VAN SUSTEREN: George, according to my study, persecution under asylum refers to race, religion, nationality, membership in a particular group or a holding in unpopular political opinion. If you were the lawyer for young Elian, how would you plead this case?

DOUMAR: Well, I'd ask for help and pray if I'm the lawyer for Elian. But what I would do if I was Elian's lawyer is probably start advising the family to educate Elian as to political views, to sensitize him to political opinions, to make him an anti-Castro little boy.

COSSACK: At 6-years-old?

DOUMAR: I think that's the way he's going to win his asylum case because when he petitions for asylum, he's going to be in there with an interview with an officer in a small room. That officer has enormous discretion to make a decision as to whether the asylum applicant has made out a case.

VAN SUSTEREN: But is it enough to say that -- when you talk about -- usually when I think of membership of a particular group, you know, it's a very organized group. Is it enough to say that I'm a member of, now, the Miami -- Cuban-American Miami group and they have been at odds with Castro for an awful long time? Is that enough of a group? And that group does have -- some of their relatives have had a history of being persecuted directly.

DOUMAR: Well, I've seen similar cases where people come to this country, become active in a political opposition of a country back -- of a movement involving government back home and are able to use that to bootstrap into a successful asylum application. That's rare, and it's done, though, and I think that's what they're going to try to do. And if I were advising them, that's what I'd try to do with Elian. But Elian has to show that he himself has participated in a way that leaves him subject to persecution.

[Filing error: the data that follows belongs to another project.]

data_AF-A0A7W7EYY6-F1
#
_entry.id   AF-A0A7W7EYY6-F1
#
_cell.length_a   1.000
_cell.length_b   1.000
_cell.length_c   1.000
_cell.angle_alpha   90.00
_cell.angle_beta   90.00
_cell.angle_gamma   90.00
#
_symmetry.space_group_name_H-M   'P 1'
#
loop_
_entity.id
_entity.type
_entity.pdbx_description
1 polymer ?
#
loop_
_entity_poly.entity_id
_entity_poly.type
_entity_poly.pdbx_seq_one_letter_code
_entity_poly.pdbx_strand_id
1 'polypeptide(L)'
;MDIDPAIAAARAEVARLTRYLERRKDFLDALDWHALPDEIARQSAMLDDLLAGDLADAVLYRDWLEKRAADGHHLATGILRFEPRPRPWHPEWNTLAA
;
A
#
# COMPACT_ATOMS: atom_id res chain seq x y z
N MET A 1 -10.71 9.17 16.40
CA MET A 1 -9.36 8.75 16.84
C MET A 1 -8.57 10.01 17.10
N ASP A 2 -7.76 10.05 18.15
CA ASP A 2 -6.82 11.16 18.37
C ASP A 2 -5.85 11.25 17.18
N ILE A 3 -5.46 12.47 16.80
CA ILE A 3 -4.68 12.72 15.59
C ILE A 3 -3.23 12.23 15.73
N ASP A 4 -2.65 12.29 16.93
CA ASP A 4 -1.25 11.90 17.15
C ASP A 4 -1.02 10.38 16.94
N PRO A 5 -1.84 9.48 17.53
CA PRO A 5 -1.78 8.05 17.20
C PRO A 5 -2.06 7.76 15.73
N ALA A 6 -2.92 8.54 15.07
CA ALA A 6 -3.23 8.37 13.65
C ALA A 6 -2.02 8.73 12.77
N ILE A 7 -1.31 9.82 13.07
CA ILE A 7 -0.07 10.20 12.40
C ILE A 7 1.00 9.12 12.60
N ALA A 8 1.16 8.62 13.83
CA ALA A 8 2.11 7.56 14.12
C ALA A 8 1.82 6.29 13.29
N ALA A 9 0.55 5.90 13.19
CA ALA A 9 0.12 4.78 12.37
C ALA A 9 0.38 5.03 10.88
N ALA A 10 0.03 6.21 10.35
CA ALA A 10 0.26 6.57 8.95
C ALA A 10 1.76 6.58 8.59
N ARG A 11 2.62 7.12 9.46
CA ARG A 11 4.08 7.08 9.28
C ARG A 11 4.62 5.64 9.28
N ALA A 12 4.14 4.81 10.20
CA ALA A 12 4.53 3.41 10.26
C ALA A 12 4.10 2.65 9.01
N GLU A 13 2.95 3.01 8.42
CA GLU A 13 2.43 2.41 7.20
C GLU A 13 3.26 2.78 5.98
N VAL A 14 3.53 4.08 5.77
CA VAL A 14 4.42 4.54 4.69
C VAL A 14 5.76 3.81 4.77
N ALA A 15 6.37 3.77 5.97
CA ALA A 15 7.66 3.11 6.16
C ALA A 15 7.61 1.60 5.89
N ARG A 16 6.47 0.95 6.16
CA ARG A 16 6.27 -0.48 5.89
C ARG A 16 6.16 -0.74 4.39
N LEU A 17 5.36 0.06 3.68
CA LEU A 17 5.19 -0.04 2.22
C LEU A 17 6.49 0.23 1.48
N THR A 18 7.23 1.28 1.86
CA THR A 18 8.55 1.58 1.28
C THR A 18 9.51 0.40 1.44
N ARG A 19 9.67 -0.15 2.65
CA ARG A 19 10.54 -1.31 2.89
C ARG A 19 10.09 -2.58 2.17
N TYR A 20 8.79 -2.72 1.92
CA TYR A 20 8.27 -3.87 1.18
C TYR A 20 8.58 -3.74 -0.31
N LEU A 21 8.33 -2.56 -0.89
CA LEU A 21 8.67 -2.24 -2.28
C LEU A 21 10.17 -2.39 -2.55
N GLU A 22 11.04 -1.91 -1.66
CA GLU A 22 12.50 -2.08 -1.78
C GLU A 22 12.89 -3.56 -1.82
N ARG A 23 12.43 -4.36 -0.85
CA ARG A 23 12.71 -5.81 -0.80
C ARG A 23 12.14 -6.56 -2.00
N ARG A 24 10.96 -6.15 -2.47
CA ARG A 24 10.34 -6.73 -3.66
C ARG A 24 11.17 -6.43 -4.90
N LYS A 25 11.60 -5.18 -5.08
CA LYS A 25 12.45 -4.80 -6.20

COSSACK: Right. And, Michael, isn't this exactly the problem. I mean, how can you -- explain to me, if you can, how you can take a 6-year-old and say, I'm the one that's frightened, I'm the one that's going to be persecuted. I know that Jose feels you can broaden this definition, but explain to me.

HETHMON: Yes, what we've done is we're turning this little boy, basically, into a hostage. I mean, they want him to act like Patty Hearst, you know. I mean, they say, well, if we can brainwash this little boy and get him to say these statements after he's been in the country for six months, that this is going to be used as evidence in an asylum hearing. This is horrifying.

VAN SUSTEREN: George, very briefly: Even if -- let's say Elian is incapable because of his age of actually believing those things against Castro. By merely saying them and offending Castro, would that be enough?

DOUMAR: It might be. What you have to show is that it's a well- founded fear of persecution back home if he offends the government.

VAN SUSTEREN: What if he doesn't have the fear but others have the fear that that's going to happen for him?

DOUMAR: Well, that's not sufficient. He has to have the fear himself under the law.

COSSACK: And they have to find that the 6-year-old understands and does have it.

But that's all the time we have for today. Thanks to our guests and thank you for watching.

Today on "TALKBACK LIVE," the state of our nation and its children one year after the Columbine tragedy. That's at 3:00 p.m. Eastern time, noon Pacific.

VAN SUSTEREN: And of course we'll be back tomorrow with another edition of BURDEN OF PROOF. We'll see you then.

TO ORDER A VIDEO OF THIS TRANSCRIPT, PLEASE CALL 800-CNN-NEWS OR USE OUR SECURE ONLINE ORDER FORM LOCATED AT www.fdch.com